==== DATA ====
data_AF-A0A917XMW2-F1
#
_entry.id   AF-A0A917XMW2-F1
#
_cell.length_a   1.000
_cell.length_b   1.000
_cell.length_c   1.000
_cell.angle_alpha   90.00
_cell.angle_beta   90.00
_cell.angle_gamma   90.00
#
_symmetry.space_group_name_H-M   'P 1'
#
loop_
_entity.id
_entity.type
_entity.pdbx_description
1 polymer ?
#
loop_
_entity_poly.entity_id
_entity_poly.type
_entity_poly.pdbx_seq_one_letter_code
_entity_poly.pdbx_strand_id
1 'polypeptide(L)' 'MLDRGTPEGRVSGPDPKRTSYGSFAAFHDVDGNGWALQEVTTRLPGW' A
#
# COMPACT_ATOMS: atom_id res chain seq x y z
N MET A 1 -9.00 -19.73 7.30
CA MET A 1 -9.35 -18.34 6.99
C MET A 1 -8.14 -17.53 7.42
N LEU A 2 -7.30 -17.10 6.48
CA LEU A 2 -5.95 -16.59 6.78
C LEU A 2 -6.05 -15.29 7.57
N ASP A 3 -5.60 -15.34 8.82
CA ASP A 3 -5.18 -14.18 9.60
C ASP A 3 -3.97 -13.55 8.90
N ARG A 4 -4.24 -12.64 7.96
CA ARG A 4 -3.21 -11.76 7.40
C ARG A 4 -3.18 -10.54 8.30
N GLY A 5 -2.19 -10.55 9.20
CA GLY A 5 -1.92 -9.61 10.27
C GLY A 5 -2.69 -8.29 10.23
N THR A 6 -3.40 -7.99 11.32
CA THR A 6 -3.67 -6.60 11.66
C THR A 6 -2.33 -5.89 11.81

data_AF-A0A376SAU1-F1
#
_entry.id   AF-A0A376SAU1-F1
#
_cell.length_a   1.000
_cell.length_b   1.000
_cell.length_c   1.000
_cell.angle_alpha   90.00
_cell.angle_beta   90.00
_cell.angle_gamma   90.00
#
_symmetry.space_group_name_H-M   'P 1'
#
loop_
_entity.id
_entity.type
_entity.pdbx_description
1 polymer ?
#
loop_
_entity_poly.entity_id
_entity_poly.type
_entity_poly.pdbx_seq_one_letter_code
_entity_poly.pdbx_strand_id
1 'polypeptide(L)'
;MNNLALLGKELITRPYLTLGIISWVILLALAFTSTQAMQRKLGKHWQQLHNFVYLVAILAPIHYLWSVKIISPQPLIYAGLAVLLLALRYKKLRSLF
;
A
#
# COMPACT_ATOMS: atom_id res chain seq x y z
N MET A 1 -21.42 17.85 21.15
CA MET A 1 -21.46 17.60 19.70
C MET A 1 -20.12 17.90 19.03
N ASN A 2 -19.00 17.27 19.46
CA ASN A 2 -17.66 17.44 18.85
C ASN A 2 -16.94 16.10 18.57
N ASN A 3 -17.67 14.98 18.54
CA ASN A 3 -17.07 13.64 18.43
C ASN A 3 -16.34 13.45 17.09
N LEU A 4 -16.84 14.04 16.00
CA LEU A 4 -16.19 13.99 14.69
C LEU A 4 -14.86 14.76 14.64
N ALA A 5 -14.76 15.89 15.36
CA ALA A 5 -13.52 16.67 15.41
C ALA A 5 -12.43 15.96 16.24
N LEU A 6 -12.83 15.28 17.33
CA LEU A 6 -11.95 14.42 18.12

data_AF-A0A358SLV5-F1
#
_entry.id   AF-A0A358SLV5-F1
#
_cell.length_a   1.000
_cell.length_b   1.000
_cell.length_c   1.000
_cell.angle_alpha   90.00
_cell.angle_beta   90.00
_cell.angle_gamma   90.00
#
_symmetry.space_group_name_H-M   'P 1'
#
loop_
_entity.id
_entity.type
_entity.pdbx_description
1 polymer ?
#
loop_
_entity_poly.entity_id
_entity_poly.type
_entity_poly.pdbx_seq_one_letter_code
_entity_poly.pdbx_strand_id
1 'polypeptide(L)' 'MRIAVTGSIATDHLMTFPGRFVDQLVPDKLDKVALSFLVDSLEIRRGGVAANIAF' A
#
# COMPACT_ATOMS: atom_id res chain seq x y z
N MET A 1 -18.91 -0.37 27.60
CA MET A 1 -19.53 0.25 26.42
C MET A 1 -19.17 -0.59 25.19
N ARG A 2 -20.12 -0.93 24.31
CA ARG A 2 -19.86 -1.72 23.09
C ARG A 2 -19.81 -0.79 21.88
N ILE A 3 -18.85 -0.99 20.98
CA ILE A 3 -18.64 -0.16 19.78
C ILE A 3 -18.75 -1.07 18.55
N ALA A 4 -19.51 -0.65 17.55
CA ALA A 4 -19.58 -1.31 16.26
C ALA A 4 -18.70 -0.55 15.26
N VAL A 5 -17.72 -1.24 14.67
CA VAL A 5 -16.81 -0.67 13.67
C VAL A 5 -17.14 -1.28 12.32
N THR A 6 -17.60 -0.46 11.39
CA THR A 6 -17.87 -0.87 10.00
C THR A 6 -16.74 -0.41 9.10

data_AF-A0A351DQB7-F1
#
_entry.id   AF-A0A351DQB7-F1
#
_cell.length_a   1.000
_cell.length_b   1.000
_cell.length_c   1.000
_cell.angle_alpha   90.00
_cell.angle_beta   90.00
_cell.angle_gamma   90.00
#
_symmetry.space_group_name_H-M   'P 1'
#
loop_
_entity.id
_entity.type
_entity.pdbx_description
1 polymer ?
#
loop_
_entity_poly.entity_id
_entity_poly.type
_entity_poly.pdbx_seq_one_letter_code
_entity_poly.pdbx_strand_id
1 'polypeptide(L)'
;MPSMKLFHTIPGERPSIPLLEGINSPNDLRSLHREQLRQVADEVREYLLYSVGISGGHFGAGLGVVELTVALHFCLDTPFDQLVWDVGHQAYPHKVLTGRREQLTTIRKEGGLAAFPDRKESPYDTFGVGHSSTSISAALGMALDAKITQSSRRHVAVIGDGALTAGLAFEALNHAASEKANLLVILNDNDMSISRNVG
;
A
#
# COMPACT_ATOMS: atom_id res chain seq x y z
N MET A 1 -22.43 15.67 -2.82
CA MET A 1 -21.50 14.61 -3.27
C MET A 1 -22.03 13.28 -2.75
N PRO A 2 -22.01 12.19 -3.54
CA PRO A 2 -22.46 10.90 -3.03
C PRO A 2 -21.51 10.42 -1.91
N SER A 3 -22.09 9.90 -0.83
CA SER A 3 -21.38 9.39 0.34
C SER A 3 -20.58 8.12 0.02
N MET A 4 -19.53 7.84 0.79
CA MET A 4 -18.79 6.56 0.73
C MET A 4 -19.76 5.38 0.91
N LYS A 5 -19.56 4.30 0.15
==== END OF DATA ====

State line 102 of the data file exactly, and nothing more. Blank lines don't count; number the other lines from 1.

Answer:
_cell.angle_gamma   90.00